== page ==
Book chapter: The Risk-Driven Model of Software Architecture
As they build successful software, software developers are choosing from alternate designs, discarding those that are doomed to fail, and preferring options with low risk of failure. When the risks are low it is easy to plow ahead without much thought, but, invariably, challenging design problems emerge and developers must grapple with high-risk designs, ones they are not sure will work.
To address failure risks, the earliest software developers invented design techniques that helped them build successful software, such as domain modeling, security analyses, and encapsulation. Today, developers can choose from a huge number of design techniques. From this abundance, a hard question arises: Which design and architecture techniques should developers use?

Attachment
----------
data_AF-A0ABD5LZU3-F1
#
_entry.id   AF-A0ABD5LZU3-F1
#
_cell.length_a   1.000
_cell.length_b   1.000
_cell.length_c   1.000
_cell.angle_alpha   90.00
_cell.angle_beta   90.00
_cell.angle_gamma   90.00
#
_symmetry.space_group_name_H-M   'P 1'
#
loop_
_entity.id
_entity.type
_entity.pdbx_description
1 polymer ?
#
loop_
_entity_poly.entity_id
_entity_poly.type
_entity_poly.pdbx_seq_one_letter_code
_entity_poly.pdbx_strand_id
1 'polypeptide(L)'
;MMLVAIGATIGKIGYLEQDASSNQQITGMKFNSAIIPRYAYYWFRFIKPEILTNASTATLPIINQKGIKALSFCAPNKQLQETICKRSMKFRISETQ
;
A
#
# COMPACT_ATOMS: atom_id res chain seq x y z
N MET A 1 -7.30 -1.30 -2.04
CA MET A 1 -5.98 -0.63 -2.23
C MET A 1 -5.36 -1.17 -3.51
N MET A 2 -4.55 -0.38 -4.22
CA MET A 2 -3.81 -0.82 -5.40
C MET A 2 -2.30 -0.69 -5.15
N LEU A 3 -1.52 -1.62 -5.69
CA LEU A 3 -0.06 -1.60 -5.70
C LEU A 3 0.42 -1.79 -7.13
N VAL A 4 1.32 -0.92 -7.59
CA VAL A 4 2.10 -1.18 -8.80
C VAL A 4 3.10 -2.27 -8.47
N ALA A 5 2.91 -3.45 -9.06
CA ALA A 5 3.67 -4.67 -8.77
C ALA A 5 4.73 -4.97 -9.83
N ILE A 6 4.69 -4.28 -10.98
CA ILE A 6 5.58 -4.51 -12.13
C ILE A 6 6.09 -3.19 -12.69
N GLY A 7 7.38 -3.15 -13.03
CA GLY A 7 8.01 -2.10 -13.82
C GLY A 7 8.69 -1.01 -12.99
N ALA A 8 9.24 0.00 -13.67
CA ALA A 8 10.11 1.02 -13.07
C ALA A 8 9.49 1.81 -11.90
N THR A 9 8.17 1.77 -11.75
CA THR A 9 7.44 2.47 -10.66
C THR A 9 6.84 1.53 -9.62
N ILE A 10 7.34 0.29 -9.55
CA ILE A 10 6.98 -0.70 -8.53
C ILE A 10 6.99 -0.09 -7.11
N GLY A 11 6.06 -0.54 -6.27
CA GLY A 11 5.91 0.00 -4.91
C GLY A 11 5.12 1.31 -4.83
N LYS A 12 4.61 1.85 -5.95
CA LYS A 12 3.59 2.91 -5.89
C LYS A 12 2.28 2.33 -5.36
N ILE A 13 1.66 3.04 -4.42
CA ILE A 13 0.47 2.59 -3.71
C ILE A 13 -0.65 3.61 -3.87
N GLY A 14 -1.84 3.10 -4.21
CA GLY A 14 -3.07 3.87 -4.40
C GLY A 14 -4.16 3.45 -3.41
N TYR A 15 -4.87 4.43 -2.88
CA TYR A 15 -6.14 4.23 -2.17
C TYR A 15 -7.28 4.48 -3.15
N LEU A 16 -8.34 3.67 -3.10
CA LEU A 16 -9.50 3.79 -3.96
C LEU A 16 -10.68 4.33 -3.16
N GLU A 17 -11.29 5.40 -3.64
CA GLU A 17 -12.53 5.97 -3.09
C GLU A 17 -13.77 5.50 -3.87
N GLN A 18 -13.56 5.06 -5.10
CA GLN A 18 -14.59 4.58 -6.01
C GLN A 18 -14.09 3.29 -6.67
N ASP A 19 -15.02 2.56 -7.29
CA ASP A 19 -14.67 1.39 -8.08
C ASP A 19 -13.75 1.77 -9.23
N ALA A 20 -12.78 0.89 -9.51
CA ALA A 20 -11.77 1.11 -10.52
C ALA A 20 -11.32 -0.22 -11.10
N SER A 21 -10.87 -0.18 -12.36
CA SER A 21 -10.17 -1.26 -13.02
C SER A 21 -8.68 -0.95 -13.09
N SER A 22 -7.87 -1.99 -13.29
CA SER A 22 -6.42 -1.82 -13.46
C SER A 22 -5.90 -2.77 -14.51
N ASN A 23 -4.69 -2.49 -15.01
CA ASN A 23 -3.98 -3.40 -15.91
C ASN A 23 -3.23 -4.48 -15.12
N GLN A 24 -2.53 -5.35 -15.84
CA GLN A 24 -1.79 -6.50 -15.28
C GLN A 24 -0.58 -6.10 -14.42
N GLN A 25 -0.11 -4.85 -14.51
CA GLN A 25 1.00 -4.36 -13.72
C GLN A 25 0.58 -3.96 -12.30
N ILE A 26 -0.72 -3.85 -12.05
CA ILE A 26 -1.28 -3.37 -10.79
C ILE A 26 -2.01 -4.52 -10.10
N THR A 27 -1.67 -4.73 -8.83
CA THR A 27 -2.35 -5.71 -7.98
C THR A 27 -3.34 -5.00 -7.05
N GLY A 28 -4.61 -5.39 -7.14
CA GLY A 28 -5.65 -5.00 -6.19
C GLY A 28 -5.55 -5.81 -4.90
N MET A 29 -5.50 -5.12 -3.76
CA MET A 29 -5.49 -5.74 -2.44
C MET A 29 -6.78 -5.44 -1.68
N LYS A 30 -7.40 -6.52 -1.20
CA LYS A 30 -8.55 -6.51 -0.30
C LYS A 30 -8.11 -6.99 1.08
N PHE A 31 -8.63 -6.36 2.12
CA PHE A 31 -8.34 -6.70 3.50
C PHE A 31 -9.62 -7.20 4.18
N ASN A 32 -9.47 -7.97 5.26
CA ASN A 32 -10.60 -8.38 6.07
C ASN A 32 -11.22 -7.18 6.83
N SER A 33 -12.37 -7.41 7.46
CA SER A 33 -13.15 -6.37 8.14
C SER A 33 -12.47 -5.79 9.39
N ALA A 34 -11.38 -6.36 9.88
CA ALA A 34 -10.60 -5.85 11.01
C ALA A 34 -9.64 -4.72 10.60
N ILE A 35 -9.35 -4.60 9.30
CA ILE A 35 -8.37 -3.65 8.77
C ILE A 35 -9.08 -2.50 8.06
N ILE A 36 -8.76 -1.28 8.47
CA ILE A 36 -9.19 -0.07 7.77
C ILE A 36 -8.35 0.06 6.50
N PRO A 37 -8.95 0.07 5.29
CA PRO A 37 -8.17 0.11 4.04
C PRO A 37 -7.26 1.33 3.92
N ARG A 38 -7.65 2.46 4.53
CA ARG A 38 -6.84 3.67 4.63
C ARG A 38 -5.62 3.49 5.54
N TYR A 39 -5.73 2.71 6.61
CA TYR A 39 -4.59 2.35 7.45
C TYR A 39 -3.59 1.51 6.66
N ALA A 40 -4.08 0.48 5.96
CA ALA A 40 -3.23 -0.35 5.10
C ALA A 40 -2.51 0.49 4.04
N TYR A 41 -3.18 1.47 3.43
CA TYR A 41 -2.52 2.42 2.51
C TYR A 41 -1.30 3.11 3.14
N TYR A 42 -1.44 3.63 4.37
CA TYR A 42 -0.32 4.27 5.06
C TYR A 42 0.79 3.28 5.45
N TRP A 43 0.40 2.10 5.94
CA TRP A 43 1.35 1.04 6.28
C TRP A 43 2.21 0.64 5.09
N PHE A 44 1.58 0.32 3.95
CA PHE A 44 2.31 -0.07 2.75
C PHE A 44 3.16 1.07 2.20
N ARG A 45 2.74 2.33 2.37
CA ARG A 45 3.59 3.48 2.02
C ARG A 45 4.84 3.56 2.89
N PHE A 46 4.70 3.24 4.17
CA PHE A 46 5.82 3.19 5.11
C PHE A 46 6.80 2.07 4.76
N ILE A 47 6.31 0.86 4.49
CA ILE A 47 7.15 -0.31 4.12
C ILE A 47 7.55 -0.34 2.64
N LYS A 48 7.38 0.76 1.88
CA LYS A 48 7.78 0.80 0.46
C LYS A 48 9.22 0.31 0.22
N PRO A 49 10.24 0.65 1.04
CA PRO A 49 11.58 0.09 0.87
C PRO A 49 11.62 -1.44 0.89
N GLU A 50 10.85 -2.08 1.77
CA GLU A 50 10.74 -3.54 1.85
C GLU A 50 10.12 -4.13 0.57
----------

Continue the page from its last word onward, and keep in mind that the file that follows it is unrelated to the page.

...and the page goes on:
If there were no deadlines then the answer would be easy: use all the techniques. But that is impractical because a hallmark of engineering is the efficient use of resources, including time. One of the risks developers face is that they waste too much time designing. So a related question arises: How much design and architecture should developers do?